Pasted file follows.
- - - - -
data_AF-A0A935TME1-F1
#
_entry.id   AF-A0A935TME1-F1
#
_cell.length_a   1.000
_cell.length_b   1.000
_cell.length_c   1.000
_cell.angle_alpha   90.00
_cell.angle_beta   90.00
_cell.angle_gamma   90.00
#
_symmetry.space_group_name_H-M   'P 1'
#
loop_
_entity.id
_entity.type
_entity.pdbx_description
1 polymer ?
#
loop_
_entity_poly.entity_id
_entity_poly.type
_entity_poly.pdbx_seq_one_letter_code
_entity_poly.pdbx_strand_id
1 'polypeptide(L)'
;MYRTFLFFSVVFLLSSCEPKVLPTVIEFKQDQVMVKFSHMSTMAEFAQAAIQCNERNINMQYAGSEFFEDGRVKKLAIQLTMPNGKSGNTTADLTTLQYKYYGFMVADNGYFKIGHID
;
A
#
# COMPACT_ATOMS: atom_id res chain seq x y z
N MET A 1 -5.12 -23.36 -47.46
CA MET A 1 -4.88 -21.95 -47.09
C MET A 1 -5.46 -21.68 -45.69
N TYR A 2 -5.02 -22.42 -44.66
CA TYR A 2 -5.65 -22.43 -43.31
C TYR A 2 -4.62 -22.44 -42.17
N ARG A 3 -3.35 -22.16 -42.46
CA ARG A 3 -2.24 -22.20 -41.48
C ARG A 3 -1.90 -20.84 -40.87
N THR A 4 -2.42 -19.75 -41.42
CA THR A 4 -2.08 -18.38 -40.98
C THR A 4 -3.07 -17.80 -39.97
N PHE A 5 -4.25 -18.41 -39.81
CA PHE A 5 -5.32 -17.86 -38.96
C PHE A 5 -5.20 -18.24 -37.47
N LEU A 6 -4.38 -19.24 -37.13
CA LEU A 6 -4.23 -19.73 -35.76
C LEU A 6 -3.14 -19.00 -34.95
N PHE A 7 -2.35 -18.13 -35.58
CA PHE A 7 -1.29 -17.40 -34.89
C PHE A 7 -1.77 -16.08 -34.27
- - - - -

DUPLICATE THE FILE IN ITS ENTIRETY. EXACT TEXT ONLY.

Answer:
data_AF-A0A935TME1-F1
#
_entry.id   AF-A0A935TME1-F1
#
_cell.length_a   1.000
_cell.length_b   1.000
_cell.length_c   1.000
_cell.angle_alpha   90.00
_cell.angle_beta   90.00
_cell.angle_gamma   90.00
#
_symmetry.space_group_name_H-M   'P 1'
#
loop_
_entity.id
_entity.type
_entity.pdbx_description
1 polymer ?
#
loop_
_entity_poly.entity_id
_entity_poly.type
_entity_poly.pdbx_seq_one_letter_code
_entity_poly.pdbx_strand_id
1 'polypeptide(L)'
;MYRTFLFFSVVFLLSSCEPKVLPTVIEFKQDQVMVKFSHMSTMAEFAQAAIQCNERNINMQYAGSEFFEDGRVKKLAIQLTMPNGKSGNTTADLTTLQYKYYGFMVADNGYFKIGHID
;
A
#
# COMPACT_ATOMS: atom_id res chain seq x y z
N MET A 1 -5.12 -23.36 -47.46
CA MET A 1 -4.88 -21.95 -47.09
C MET A 1 -5.46 -21.68 -45.69
N TYR A 2 -5.02 -22.42 -44.66
CA TYR A 2 -5.65 -22.43 -43.31
C TYR A 2 -4.62 -22.44 -42.17
N ARG A 3 -3.35 -22.16 -42.46
CA ARG A 3 -2.24 -22.20 -41.48
C ARG A 3 -1.90 -20.84 -40.87
N THR A 4 -2.42 -19.75 -41.42
CA THR A 4 -2.08 -18.38 -40.98
C THR A 4 -3.07 -17.80 -39.97
N PHE A 5 -4.25 -18.41 -39.81
CA PHE A 5 -5.32 -17.86 -38.96
C PHE A 5 -5.20 -18.24 -37.47
N LEU A 6 -4.38 -19.24 -37.13
CA LEU A 6 -4.23 -19.73 -35.76
C LEU A 6 -3.14 -19.00 -34.95
N PHE A 7 -2.35 -18.13 -35.58
CA PHE A 7 -1.29 -17.40 -34.89
C PHE A 7 -1.77 -16.08 -34.27